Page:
On July 10th the SEC issued its final rules with respect to JOBS Act section 201(a), which “directs the SEC to remove the prohibition on general solicitation or general advertising for securities offerings relying on Rule 506”. Rule 506 is the heavily relied upon, ‘private placement’ safe harbor that pursuant to which “an issuer may raise an unlimited amount of capital from an unlimited number of “accredited investors” and up to 35 non-accredited investors.” Accredited investors have a net worth (with their spouse) of $1 million, not including their primary residence, or an annual income of $300,000 ($200,000 without a spouse) in each of the last two years and a reasonable expectation of at least that level of income for the current year.
The good news is that in 60 days (the rule is effective 60 days after publication in the Federal Register), it will be legal for EB-5 project sponsors and Regional Centers to use general advertising to solicit accredited investors. That means many, if not most, of the larger Regional Centers that are all violating the Securities Act by having an ‘Investor Click Here For Information’ button on their websites will be in a position to be compliant if they follow the new rule. The new rule requires that:
- The issuer takes reasonable steps to verify that the investors are accredited investors.
- All purchasers of the securities fall within one of the categories of persons who are accredited investors under an existing rule (Rule 501 of Regulation D) or the issuer reasonably believes that the investors fall within one of the categories at the time of the sale of the securities.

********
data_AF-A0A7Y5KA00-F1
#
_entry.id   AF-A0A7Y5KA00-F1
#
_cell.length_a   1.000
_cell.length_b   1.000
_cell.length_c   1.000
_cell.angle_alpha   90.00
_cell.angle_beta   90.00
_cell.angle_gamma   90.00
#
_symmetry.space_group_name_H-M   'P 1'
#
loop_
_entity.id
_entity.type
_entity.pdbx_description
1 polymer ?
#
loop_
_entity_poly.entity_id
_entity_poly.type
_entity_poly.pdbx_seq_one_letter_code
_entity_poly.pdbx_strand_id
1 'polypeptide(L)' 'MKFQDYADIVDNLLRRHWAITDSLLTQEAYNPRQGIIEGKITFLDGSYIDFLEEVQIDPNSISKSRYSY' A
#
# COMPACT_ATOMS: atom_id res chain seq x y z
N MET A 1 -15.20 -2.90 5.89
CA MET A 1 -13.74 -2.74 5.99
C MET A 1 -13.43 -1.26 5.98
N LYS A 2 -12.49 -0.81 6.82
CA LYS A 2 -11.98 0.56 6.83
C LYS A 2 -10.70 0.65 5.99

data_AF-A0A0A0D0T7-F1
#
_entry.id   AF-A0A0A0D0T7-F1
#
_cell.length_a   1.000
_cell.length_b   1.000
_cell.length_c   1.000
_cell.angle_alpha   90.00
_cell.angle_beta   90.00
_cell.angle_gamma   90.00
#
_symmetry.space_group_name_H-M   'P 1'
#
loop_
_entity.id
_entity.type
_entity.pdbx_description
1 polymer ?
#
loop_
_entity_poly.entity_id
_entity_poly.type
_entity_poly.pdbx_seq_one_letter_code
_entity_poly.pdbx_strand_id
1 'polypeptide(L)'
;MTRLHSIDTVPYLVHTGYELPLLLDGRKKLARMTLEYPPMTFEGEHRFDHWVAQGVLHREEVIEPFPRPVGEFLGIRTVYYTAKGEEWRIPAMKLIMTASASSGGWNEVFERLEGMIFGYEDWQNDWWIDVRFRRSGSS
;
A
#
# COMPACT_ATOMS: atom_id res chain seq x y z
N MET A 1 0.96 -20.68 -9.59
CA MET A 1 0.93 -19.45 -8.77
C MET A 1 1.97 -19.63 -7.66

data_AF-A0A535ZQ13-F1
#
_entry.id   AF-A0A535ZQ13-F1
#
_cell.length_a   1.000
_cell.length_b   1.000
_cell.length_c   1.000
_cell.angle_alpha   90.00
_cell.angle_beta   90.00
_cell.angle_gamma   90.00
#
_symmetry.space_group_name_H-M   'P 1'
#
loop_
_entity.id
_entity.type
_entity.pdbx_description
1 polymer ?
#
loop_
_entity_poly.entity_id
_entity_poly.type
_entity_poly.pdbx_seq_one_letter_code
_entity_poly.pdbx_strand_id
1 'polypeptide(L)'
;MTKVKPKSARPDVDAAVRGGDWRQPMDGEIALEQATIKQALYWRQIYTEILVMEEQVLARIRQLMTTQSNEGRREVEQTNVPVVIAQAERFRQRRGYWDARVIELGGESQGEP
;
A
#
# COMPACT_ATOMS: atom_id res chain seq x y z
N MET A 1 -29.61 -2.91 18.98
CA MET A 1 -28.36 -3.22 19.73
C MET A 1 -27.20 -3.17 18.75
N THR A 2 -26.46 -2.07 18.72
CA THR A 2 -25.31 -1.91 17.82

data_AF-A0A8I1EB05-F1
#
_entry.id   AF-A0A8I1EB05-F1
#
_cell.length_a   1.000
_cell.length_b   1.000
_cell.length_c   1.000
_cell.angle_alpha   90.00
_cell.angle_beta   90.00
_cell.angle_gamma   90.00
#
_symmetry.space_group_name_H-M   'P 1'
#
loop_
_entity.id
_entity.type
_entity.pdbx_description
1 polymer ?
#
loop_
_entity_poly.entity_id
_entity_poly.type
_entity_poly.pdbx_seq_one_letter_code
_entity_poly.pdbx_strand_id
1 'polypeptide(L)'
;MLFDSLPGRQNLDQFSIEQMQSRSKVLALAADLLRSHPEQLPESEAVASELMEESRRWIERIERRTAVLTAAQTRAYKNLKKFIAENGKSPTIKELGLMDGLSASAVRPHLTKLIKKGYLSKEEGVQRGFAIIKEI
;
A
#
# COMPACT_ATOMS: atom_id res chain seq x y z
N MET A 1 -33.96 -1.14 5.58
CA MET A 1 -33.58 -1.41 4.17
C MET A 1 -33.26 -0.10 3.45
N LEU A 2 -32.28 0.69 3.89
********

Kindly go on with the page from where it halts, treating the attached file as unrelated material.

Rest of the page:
There are a couple of important things to note. Firstly, for issuers (aka Regional Centers and project sponsors) to take advantage of the new rule and use the general solicitations they can only accept capital from accredited investors (or at least investors whom they think are accredited). This may create issues for sponsors to accept the growing cohort of adult children, who receive their capital from their parents, as investors.
Secondly, this doesn’t necessarily help with the continuing securities laws issue of unregistered foreign agents’ practices. Based on the SEC-USCIS joint conference call in April of this year, the SEC seems to be giving a pass to sponsors that use foreign agents, who technically need to be licensed as registered representatives of a US Broker Dealer, if their activities are conducted off-shore, are fully disclosed to investors and are otherwise complaint with the anti-fraud provisions of the Securities laws. It may be that the SEC is considering (without explicitly saying it) that these offerings come under Regulation S, the safe harbor for totally off-shore offerings, despite their more narrow view on Regulation S contained in recent no-action letters.
The question remains on whether an issuer’s unregistered agents will be able to avail themselves of the ability to advertise and generally solicit. This last point becomes amplified based on the first requirement that the issuer take ‘reasonable steps’ to verify investors’ accredited status as there have been widely reported problems of being able to appropriately monitor and control agents’ behavior, in particular among some of the larger Chinese migration agents.
At the very least, for project sponsors who can stick solely to accredited investors, the rule finally brings the legal regime (in this respect) into a degree of conformity with the needs of the modern business world. This should greatly facilitate the EB-5 project sponsors’ ability to reach the (wealthy) masses.